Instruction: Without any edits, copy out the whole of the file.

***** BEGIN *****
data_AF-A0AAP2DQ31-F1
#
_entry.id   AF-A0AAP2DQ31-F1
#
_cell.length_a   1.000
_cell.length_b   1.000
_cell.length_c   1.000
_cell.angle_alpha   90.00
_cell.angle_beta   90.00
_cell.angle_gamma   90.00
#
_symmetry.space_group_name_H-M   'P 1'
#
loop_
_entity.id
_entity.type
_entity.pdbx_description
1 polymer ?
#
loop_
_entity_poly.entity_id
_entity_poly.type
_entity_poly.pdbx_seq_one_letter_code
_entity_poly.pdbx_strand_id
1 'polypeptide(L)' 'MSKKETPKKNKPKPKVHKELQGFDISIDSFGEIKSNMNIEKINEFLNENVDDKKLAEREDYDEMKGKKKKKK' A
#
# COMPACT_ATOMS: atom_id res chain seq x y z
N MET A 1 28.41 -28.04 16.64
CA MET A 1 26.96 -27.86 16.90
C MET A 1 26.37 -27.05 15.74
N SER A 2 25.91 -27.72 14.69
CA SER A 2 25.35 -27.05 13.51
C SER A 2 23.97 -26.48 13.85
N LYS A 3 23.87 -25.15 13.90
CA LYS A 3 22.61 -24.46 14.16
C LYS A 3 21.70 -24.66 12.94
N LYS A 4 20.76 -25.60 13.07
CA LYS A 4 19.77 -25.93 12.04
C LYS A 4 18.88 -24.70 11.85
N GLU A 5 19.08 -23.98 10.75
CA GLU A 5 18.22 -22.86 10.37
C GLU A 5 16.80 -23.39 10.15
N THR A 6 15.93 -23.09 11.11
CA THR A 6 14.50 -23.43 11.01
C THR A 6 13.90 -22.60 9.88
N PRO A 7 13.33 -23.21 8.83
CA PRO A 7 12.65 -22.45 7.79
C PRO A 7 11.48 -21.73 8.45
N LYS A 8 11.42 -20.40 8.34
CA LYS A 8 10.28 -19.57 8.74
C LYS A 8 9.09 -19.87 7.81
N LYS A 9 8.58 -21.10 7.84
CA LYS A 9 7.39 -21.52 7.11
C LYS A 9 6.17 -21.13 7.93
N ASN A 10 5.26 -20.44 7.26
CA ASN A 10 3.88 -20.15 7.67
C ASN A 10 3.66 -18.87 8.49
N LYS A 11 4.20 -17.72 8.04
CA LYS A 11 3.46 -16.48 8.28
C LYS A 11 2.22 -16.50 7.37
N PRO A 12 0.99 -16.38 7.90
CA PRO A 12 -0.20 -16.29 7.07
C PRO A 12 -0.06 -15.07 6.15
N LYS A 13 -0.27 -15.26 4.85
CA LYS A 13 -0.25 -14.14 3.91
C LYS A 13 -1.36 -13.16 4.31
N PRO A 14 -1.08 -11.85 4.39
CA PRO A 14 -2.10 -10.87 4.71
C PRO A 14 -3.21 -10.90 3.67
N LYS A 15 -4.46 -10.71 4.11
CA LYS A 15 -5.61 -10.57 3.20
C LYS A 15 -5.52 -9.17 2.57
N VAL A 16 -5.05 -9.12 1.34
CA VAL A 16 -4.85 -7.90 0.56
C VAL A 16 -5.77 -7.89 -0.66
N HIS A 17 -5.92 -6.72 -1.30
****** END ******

data_AF-A0AAP2DQ31-F1
#
_entry.id   AF-A0AAP2DQ31-F1
#
_cell.length_a   1.000
_cell.length_b   1.000
_cell.length_c   1.000
_cell.angle_alpha   90.00
_cell.angle_beta   90.00
_cell.angle_gamma   90.00
#
_symmetry.space_group_name_H-M   'P 1'
#
loop_
_entity.id
_entity.type
_entity.pdbx_description
1 polymer ?
#
loop_
_entity_poly.entity_id
_entity_poly.type
_entity_poly.pdbx_seq_one_letter_code
_entity_poly.pdbx_strand_id
1 'polypeptide(L)' 'MSKKETPKKNKPKPKVHKELQGFDISIDSFGEIKSNMNIEKINEFLNENVDDKKLAEREDYDEMKGKKKKKK' A
#
# COMPACT_ATOMS: atom_id res chain seq x y z
N MET A 1 28.41 -28.04 16.64
CA MET A 1 26.96 -27.86 16.90
C MET A 1 26.37 -27.05 15.74
N SER A 2 25.91 -27.72 14.69
CA SER A 2 25.35 -27.05 13.51
C SER A 2 23.97 -26.48 13.85
N LYS A 3 23.87 -25.15 13.90
CA LYS A 3 22.61 -24.46 14.16
C LYS A 3 21.70 -24.66 12.94
N LYS A 4 20.76 -25.60 13.07
CA LYS A 4 19.77 -25.93 12.04
C LYS A 4 18.88 -24.70 11.85
N GLU A 5 19.08 -23.98 10.75
CA GLU A 5 18.22 -22.86 10.37
C GLU A 5 16.80 -23.39 10.15
N THR A 6 15.93 -23.09 11.11
CA THR A 6 14.50 -23.43 11.01
C THR A 6 13.90 -22.60 9.88
N PRO A 7 13.33 -23.21 8.83
CA PRO A 7 12.65 -22.45 7.79
C PRO A 7 11.48 -21.73 8.45
N LYS A 8 11.42 -20.40 8.34
CA LYS A 8 10.28 -19.57 8.74
C LYS A 8 9.09 -19.87 7.81
N LYS A 9 8.58 -21.10 7.84
CA LYS A 9 7.39 -21.52 7.11
C LYS A 9 6.17 -21.13 7.93
N ASN A 10 5.26 -20.44 7.26
CA ASN A 10 3.88 -20.15 7.67
C ASN A 10 3.66 -18.87 8.49
N LYS A 11 4.20 -17.72 8.04
CA LYS A 11 3.46 -16.48 8.28
C LYS A 11 2.22 -16.50 7.37
N PRO A 12 0.99 -16.38 7.90
CA PRO A 12 -0.20 -16.29 7.07
C PRO A 12 -0.06 -15.07 6.15
N LYS A 13 -0.27 -15.26 4.85
CA LYS A 13 -0.25 -14.14 3.91
C LYS A 13 -1.36 -13.16 4.31
N PRO A 14 -1.08 -11.85 4.39
CA PRO A 14 -2.10 -10.87 4.71
C PRO A 14 -3.21 -10.90 3.67
N LYS A 15 -4.46 -10.71 4.11
CA LYS A 15 -5.61 -10.57 3.20
C LYS A 15 -5.52 -9.17 2.57
N VAL A 16 -5.05 -9.12 1.34
CA VAL A 16 -4.85 -7.90 0.56
C VAL A 16 -5.77 -7.89 -0.66
N HIS A 17 -5.92 -6.72 -1.30